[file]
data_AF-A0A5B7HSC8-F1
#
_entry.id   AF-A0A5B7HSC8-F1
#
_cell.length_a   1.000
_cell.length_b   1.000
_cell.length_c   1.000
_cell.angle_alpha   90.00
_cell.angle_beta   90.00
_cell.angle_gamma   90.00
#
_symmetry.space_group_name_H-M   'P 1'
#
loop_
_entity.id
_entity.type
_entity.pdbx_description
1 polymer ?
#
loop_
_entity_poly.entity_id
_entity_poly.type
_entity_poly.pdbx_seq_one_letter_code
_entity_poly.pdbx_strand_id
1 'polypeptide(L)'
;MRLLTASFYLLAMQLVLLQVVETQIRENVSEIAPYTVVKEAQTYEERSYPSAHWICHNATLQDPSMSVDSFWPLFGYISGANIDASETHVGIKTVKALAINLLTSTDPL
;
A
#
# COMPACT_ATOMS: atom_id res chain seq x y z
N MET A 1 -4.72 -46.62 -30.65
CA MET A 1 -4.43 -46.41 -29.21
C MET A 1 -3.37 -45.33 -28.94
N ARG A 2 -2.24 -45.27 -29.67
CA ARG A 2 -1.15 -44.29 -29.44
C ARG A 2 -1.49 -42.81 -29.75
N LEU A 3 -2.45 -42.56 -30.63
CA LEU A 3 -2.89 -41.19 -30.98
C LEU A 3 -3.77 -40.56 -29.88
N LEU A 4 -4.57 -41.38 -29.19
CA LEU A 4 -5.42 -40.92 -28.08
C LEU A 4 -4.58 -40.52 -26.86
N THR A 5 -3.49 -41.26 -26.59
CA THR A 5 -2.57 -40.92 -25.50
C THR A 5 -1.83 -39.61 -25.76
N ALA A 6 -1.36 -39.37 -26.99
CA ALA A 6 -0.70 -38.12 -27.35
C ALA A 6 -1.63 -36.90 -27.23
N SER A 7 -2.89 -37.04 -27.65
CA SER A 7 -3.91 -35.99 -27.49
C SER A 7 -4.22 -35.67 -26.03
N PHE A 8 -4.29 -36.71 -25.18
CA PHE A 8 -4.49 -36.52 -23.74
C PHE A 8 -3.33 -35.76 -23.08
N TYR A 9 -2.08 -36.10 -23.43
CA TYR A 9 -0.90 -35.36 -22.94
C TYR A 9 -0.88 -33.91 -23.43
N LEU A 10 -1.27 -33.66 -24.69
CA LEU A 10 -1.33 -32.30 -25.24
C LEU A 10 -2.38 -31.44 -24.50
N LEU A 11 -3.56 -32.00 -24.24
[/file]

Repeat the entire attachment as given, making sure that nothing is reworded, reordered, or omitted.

data_AF-A0A5B7HSC8-F1
#
_entry.id   AF-A0A5B7HSC8-F1
#
_cell.length_a   1.000
_cell.length_b   1.000
_cell.length_c   1.000
_cell.angle_alpha   90.00
_cell.angle_beta   90.00
_cell.angle_gamma   90.00
#
_symmetry.space_group_name_H-M   'P 1'
#
loop_
_entity.id
_entity.type
_entity.pdbx_description
1 polymer ?
#
loop_
_entity_poly.entity_id
_entity_poly.type
_entity_poly.pdbx_seq_one_letter_code
_entity_poly.pdbx_strand_id
1 'polypeptide(L)'
;MRLLTASFYLLAMQLVLLQVVETQIRENVSEIAPYTVVKEAQTYEERSYPSAHWICHNATLQDPSMSVDSFWPLFGYISGANIDASETHVGIKTVKALAINLLTSTDPL
;
A
#
# COMPACT_ATOMS: atom_id res chain seq x y z
N MET A 1 -4.72 -46.62 -30.65
CA MET A 1 -4.43 -46.41 -29.21
C MET A 1 -3.37 -45.33 -28.94
N ARG A 2 -2.24 -45.27 -29.67
CA ARG A 2 -1.15 -44.29 -29.44
C ARG A 2 -1.49 -42.81 -29.75
N LEU A 3 -2.45 -42.56 -30.63
CA LEU A 3 -2.89 -41.19 -30.98
C LEU A 3 -3.77 -40.56 -29.88
N LEU A 4 -4.57 -41.38 -29.19
CA LEU A 4 -5.42 -40.92 -28.08
C LEU A 4 -4.58 -40.52 -26.86
N THR A 5 -3.49 -41.26 -26.59
CA THR A 5 -2.57 -40.92 -25.50
C THR A 5 -1.83 -39.61 -25.76
N ALA A 6 -1.36 -39.37 -26.99
CA ALA A 6 -0.70 -38.12 -27.35
C ALA A 6 -1.63 -36.90 -27.23
N SER A 7 -2.89 -37.04 -27.65
CA SER A 7 -3.91 -35.99 -27.49
C SER A 7 -4.22 -35.67 -26.03
N PHE A 8 -4.29 -36.71 -25.18
CA PHE A 8 -4.49 -36.52 -23.74
C PHE A 8 -3.33 -35.76 -23.08
N TYR A 9 -2.08 -36.10 -23.43
CA TYR A 9 -0.90 -35.36 -22.94
C TYR A 9 -0.88 -33.91 -23.43
N LEU A 10 -1.27 -33.66 -24.69
CA LEU A 10 -1.33 -32.30 -25.24
C LEU A 10 -2.38 -31.44 -24.50
N LEU A 11 -3.56 -32.00 -24.24